I did a favour for a friend recently. She organises training sessions for PhD students at my former university in England. She was looking for someone to offer their personal experiences about the viva, and since it was for distance learning students, I figured why not! I’m at a distance these days anyways, being across the ocean in Canada. If everyone else could be at the class virtually, so could I.
But it meant I had to think about my viva for the first time in a year. And to think of it in something other than terms of overwhelming dread. That wasn’t going to be a very helpful approach to the future viva students. The point is not to severely concern anyone. After all, viva experiences are all individual and I know many people who had lovely experiences. But then, I know people who liked exams too, and personally they always just gave me anxiety attacks no matter how prepared I was.
I think this particular topic deserves several posts, but let me start at the beginning.
How to Prepare for Your Viva
First, don’t freak out. That’s really very important and for some people will be very hard. My goal was to not think about it until I absolutely had to (to prepare) and therefore put off the freaking out part as long as possible. If you are one of those people who maintains a cool head even in the most stressful situations, you already have a leg up. If you aren’t, I sympathise. The best you can do is remind yourself that freaking out before hand isn’t useful.
Once you convince yourself (or pretend you have) of that, it’s time to prepare. Preparation is the key to being calm in stressful situations, in my own experience. Preparing for a presentation to the point of memorisation makes me much calmer going into a conference, for example. For my viva, I just read my thesis cover to cover as many times as I could handle. I used colourful tabs to mark the most important pages so I could come back to them again and again as it got down to the wire (including on the plane over to England).
With the help of my supervisor, I came up with a list of ‘likely’ questions. Not the only questions, mind you, but ones the examiners typically ask or ones that directly related to identified issues in my thesis. This might take you the most amount of time, because you have to think like someone else and that’s hard. But if you can figure out 10 questions you have a fare chance of getting asked, you can prepare answers.
Don’t prepare answers. I mean, don’t write them down in a script. Just think about them. Share them with your supervisor(s). Make sure you understand the question and can answer it fully in your head and out loud. DON’T memorise them (you are not going into your viva to deliver a script. You are doing this to become used to having your work questioned and being able to respond). I found it best to have my supervisor ask them to me and me answer out loud, as in a mock viva. It felt better saying them to a person, rather than just in my head, and helped me get used to the inevitable stumble that’s so common when you’re nervous! It also got me used to coming up with different answers to the same question and to discovering answers I hadn’t even thought of at first.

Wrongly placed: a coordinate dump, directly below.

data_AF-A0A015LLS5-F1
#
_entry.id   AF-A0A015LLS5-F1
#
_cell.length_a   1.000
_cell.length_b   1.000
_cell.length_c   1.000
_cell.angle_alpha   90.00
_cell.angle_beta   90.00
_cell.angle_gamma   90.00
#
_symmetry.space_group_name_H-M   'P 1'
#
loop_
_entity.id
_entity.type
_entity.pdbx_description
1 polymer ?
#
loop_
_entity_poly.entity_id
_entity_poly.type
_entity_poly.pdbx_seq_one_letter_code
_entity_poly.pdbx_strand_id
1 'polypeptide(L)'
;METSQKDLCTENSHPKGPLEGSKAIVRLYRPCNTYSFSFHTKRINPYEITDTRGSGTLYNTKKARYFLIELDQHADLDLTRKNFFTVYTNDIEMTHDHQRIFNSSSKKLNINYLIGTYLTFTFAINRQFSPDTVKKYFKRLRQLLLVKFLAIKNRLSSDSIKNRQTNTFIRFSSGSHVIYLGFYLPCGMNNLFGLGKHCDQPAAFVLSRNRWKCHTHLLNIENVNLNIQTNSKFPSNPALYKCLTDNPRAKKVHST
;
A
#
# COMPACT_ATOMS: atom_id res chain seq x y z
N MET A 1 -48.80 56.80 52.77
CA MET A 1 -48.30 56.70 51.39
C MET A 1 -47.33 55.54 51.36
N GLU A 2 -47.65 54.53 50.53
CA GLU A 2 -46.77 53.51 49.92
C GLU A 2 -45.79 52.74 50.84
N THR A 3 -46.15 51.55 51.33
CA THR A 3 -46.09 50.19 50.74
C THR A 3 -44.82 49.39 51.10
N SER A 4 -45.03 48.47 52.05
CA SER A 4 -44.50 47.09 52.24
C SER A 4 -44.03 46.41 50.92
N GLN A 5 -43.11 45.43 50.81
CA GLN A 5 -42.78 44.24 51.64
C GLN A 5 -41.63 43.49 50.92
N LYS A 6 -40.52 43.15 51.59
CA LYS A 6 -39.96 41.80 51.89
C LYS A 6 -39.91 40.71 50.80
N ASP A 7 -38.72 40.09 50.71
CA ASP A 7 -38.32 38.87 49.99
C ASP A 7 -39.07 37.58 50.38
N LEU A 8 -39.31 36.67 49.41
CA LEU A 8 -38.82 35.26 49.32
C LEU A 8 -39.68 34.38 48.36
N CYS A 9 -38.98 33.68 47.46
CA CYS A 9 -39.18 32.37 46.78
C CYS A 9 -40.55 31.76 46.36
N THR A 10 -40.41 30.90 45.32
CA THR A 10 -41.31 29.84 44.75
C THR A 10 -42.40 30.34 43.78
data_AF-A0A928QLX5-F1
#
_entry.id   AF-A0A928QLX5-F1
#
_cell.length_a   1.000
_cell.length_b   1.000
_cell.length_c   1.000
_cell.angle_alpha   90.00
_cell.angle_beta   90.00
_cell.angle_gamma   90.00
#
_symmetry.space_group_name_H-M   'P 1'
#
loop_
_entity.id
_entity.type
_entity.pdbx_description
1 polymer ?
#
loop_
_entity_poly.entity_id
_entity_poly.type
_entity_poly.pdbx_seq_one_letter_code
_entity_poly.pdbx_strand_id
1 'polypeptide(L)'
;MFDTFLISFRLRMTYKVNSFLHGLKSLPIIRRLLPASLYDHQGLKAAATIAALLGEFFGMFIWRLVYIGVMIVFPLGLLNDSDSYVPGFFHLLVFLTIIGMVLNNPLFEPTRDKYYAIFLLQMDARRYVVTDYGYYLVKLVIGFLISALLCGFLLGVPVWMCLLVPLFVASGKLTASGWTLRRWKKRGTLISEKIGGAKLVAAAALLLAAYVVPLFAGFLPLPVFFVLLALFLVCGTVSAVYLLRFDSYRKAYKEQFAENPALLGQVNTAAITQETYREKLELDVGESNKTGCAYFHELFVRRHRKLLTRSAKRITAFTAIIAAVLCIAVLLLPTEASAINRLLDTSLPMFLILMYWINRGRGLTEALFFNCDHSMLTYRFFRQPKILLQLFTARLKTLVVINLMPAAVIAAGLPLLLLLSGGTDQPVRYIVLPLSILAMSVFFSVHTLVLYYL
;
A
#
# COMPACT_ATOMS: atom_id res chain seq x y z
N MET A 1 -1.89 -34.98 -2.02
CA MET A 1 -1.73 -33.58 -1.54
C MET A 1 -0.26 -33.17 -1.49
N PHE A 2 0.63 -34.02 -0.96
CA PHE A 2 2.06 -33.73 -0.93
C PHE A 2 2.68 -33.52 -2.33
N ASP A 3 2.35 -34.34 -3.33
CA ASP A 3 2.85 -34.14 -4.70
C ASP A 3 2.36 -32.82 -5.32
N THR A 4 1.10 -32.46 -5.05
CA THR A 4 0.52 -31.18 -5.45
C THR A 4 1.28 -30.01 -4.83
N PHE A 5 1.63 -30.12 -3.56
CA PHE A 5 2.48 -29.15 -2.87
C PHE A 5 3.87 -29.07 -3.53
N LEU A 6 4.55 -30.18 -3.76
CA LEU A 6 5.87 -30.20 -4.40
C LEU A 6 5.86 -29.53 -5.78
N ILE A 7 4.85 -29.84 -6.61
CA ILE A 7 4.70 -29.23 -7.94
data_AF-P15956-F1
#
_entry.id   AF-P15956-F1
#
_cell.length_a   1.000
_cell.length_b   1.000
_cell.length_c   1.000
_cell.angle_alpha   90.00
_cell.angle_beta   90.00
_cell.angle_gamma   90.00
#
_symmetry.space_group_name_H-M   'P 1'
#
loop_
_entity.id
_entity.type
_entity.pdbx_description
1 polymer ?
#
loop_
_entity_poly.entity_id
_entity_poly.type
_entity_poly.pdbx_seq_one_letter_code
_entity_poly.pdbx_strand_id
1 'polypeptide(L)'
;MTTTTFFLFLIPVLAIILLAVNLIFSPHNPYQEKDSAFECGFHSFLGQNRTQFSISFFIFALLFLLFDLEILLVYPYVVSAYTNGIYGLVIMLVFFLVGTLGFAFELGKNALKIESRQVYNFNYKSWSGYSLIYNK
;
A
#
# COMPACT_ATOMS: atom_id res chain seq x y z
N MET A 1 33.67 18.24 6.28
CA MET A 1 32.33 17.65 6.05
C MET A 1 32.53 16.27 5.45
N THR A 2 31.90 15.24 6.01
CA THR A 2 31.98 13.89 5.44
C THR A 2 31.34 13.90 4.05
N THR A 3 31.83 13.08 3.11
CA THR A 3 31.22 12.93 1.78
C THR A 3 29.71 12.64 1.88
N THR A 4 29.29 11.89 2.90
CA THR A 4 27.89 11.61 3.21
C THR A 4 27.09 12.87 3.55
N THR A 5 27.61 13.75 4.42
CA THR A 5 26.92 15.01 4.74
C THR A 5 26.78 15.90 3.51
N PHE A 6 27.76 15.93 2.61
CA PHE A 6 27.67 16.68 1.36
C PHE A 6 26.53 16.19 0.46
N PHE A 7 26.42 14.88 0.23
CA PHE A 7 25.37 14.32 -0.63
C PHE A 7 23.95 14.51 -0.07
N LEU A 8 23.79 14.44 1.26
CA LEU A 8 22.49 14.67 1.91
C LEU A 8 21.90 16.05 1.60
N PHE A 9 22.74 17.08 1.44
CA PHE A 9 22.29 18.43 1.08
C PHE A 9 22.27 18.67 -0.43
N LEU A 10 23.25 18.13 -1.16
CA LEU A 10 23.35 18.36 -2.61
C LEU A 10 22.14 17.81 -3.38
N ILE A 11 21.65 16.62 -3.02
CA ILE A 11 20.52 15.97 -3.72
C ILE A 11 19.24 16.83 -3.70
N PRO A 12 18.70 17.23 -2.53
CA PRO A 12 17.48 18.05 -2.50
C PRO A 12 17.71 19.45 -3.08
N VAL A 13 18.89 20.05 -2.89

That was pretty much my month of viva prep. I had returned to Canada after submitting my thesis, so I had to fly back to England for my viva. I don’t travel well. I travel a lot, but never well. I get horrible jet lag and can’t sleep on airplanes. I knew I was not going to be at my best, so I went over several days in advance and stayed in my friend’s empty house (he was on holiday). It meant I had a comfortable environment, with a kitchen to hand and no one I had to speak with. I mostly slept for two days. On the third day, I went over my whole thesis one last time. That was the last time I look at my thesis. Cramming into the small hours of the night before an exam has never been my style. I always stop before dinner the night before. If you don’t know it by then, you aren’t going to. And I did, after all, work on the thing for 3 years!
That was all the prep I did. I know several people who did more mock exams and with more than just their supervisor, but all around, this was the amount of prep most people recommended to me. And in the end, I don’t think I could have prepared anymore.
Next up: Viva Day